Canada and the Ivory Trade

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Many people, understandably, don’t get the connection between global markets and the killing of elephants for their tusks. But with poaching continuing to present the gravest threat to their very existence  (one every fifteen minutes is killed |70% total decline in population in less than 40 years due to poaching, and only 415,000 remaining), the International Union for the Conservation of Nature has called for all countries to close their domestic markets.

Canadians are often surprised to learn that the Canadian domestic “legal” ivory trade is still open. The legal trade is one in which the product is dated prior to 1975. The issue with the legal trade is that it is difficult to date ivory and as a result illegal ivory flows through legal domestic markets.

Canada also allows the importation of legal trophies. Under its obligation to CITES (The Convention on the International Trade on Endangered Species of Wild Flora and Fauna) those trophies can only come from countries regulated by CITES, and thus it is legal under those circumstances.

Below are the instances in which ivory can enter the country:

In order to legally possess ivory in Canada, the following criteria must be met, in accordance to the Wild Animal and Plant Trade Regulations (13 (1)):

http://laws-lois.justice.gc.ca/eng/regulations/SOR-96-263/page-2.html#docCont

    (a) the person who possesses it establishes a reasonable probability that it or, in the case of a part or derivative, the animal or plant from which it comes, was taken from its habitat before July 3, 1975;

    (b) the person who possesses it establishes a reasonable probability that it was legally imported into Canada; or

    (c) the person who possesses it establishes a reasonable probability that the distributing of it or the offering to distribute it would be in accordance with any applicable federal and provincial laws that relate to the conservation and protection of the animal or plant.

 However, these criteria are not applicable to elephant ivory from appendix II. Appendix II ivory is only required to be legally imported into Canada.

 Appendix I items must have import and export permits, while appendix II items are only required to have export permits.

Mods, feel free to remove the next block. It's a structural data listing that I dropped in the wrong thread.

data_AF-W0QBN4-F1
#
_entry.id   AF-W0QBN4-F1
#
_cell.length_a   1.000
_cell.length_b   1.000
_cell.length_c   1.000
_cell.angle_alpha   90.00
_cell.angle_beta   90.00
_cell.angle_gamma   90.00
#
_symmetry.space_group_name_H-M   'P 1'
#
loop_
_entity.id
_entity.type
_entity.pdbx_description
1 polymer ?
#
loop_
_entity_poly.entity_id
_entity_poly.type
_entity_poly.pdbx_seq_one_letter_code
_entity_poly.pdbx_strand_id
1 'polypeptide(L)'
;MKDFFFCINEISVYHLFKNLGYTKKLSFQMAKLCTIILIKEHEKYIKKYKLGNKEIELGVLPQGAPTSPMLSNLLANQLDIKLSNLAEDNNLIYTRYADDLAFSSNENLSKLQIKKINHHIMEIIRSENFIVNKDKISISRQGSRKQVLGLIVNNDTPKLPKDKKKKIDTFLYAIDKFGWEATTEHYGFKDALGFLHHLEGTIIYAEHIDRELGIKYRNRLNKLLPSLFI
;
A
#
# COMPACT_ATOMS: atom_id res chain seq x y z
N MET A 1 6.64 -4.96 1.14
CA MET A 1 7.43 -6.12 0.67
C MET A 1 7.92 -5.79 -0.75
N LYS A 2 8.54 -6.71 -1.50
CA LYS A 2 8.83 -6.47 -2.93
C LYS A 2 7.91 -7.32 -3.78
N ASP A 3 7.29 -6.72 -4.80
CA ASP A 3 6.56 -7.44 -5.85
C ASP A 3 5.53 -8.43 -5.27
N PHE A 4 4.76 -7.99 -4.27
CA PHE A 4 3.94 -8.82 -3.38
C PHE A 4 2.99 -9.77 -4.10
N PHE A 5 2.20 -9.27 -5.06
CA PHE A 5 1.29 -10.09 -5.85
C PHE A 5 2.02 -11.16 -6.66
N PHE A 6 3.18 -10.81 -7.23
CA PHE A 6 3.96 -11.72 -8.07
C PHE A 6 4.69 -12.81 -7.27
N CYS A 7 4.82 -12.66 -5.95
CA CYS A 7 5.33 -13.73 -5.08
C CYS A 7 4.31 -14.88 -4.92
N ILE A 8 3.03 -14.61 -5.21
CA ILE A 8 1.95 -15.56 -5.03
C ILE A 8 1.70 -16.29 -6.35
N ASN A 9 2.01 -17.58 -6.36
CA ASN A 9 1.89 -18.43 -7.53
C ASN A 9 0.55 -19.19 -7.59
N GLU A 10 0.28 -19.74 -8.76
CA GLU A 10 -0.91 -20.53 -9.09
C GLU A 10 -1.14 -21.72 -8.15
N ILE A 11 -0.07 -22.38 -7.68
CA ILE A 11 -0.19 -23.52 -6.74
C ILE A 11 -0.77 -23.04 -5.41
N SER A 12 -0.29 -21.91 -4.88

Canada’s position on ivory at international conferences:

  • IUCN World Conservation Congress in Hawaii  in 2016 results in an international commitment to close domestic ivory markets. Four countries object – Canada, Namibia, South Africa & Japan
  • At the 17th Meeting of the Conference of the Parties to CITES, Canada voted against moving all African elephants to Appendix I to provide them the highest level of protection.

In recent years there has been some movement from large ivory markets such as the US and China to close their domestic markets which has the potential to have a significant impact on decreasing the ivory trade and giving  elephants the chance to survive the war being waged on their existence.

  • 2015     China and US announce an agreement to a “nearly complete ban” on ivory import/export and commercial domestic ivory trade7 in both countries (no completion date given).
  • 2016     January: Hong Kong pledges to a complete ban on commercial domestic ivory trade by 2021.
  • June: US passes new regulations that ban almost all domestic ivory trade. August: IUCN World Conservation Congress in Hawaii results in international commitment to close domestic ivory markets. Four countries object – Canada, Namibia, South Africa & Japan.
  • October: CITES conference in Johannesburg fails to put all elephant populations in Appendix I by only 9 votes – Canada, US, UK & EU vote against it. However, Botswana, with the most elephants, reverses their pro-ivory trade policy and supports a total ban.
  • 2017      January: Price of raw ivory in China falls to US$730 per kilogram (65% drop in less 3 years) due to Chinese economic slowdown, anti-poaching team success and crackdown on corruption.
  • February: Draft EU guidance document indicates possible ban on raw ivory exports by July 1, to make sure that illegal tusks are not laundered with legal tusks.
  • March: China closes the first of its 67 licensed ivory carving factories and retailers, and promises to close its domestic ivory market by end of 2017.
  •  March: Hong Kong says a bill on ivory trade will be introduced by end June. Hong Kong also convicts 2 people for illegal ivory possession, using radiocarbon dating to prove post-1990 ban.

It would be great to see Canada take pro-active steps to save one of the world’s most iconic, intelligent, keystone species by closing the domestic trade, banning the importation of trophies into Canada and vote to have all elephants moved to Appendix 1 of the CITES convention. I want Canada to be the country who does everything it can to save these magnificent animals from extinction  not only because it can but because it should.

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Filed under Animal Activism, elephants, Sustainability

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